10:51 AM  
Blogger Anna said...

I agree with Rob - the great thing about Manhattan is that usually within a 1 block radius, there are at least 5 or 6 great places to grab a quick bite where you can look like a bum and spend 6 bucks and great a great meal. Cabs are defintiely not necessary.

9:59 AM  
Anonymous Anonymous said...

I just wanted to say that I think this blog is fascinating. In a way I guess I'm kinda doing the same experiment. It's called "Being A College Student." It's great fun if you don't mind being hungry.

10:48 PM  
Anonymous Anonymous said...

Eating out in Manhattan may take an hour, but eating in can take almost as long (20 minutes cooking, 10-20 minutes eating, 10 minutes cleaning up, plus time spent shopping). Toss in a wife and two kids, and it can take even longer. Eating out, on the other hand, involves a pleasant walk, sitting at a table and being served, and no cleanup. Plus, every Manhattan restaurant delivers food as well, so you can get a meal at home without cooking and, to a large extent, without cleaning up.

On the other hand, eating out is expensive, but then, groceries in Manhattan are pretty outrageous too.

2:15 PM  
Anonymous Anonymous said...

Have you really ever been to Manhattan? We have plenty of grocery stores. They're not the size of small towns, but they aren't little bodegas either. I live in Union Square, and we've got a Food Emporium, a D'Agostino, a Whole Foods, and a Trader Joe's all within walking distance of my apartment. And then there are the grocery delivery places like FreshDirect. All in all, I eat in much more than I go out. (And when I do go out I take the subway, not a cab.)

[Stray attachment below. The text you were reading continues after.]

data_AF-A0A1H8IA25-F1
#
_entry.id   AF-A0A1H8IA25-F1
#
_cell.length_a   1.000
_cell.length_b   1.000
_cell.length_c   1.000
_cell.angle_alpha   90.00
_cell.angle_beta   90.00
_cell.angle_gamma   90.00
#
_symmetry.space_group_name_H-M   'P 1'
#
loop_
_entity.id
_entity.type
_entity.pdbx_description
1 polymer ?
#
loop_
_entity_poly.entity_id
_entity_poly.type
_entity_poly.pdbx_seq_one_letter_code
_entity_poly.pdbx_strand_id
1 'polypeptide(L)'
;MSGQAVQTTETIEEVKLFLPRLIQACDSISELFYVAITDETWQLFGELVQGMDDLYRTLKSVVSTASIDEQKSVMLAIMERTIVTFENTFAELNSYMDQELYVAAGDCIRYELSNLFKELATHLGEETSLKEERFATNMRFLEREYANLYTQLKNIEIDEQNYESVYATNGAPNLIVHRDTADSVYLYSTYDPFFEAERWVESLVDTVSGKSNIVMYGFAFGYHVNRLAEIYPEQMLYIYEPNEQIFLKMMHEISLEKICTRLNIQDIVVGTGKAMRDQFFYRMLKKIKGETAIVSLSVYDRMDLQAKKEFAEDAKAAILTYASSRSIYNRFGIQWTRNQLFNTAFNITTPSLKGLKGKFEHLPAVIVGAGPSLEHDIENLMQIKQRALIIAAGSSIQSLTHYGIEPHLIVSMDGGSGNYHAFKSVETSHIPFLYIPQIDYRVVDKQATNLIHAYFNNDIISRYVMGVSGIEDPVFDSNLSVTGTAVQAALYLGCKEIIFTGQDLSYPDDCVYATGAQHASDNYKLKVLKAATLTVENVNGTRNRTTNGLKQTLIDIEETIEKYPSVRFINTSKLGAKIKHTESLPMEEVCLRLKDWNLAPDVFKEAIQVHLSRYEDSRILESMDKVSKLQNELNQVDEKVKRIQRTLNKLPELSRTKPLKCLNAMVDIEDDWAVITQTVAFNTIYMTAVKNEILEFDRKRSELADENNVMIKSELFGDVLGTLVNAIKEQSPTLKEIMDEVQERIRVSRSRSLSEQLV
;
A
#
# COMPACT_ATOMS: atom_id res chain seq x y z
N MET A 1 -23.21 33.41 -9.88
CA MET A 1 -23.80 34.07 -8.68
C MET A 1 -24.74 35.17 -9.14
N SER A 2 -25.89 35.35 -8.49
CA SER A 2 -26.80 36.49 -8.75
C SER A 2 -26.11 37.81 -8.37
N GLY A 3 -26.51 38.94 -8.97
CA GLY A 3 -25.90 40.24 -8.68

10:43 AM  
Blogger A Million Paths said...

Eating out in Manhattan is easier than eating out in suburbs. You just have to know where to go - you can easily get a nice meal for 10 bucks or less that's not the crap stuff from a chain.

Also, Manhattan does have supermarkets. Big ones. You just have to know where to look and how to look. Apart from the massive Whole Foods (we're up to three now, Union Square, Chelsea and Columbus Circle) you have Fairway, and then sprinkled across the city are Associated, Garden of Eatin' etc. The thing to realize is that street level real estate is EXPENSIVE in NYC so a lot of bigger supermarkets are on two levels (or three).

10:37 AM  
Anonymous Anonymous said...

1.) Dude. That's what you get for living in Lansing. Move to Ann Arbor.

2.) Fairway? Dean and DeLuca? It's not that they have any less, it's just more compact and less junk. And the bagels . . . oh, the bagels. You don't even have to leave Manhattan. Assorted bodegas? Chinatown? Street food - falafel stands, hot dogs, knishes, all the nut guys. Who the hell dresses up anyway?

7:43 PM  
Anonymous Anonymous said...

1.) Dude. That's what you get for living in Lansing. Move to Ann Arbor.

2.) Fairway? Dean and DeLuca? It's not that they have any less, it's just more compact and less junk. And the bagels . . . oh, the bagels. You don't even have to leave Manhattan. Assorted bodegas? Chinatown? Street food - falafel stands, hot dogs, knishes, all the nut guys. Who the hell dresses up anyway?

7:44 PM  
Anonymous wheeler said...

It's already been said, but there are pa-lenty of groceries in Manhattan apart from the little stores you've seen. We're not all wealthy here and eating out is kept to a minimum (maybe once a week). It's funny how the rest of the country thinks NYers live. Apart from the tiny apartments and the more liberal mind-set, most of us carry on like the rest of the world.

I get your whole love/hate thing with the mid-west. I was born there, but raised in the southwest -- the ethos is pretty much the same. I later went to school in Indiana, so I know what I'm talking about.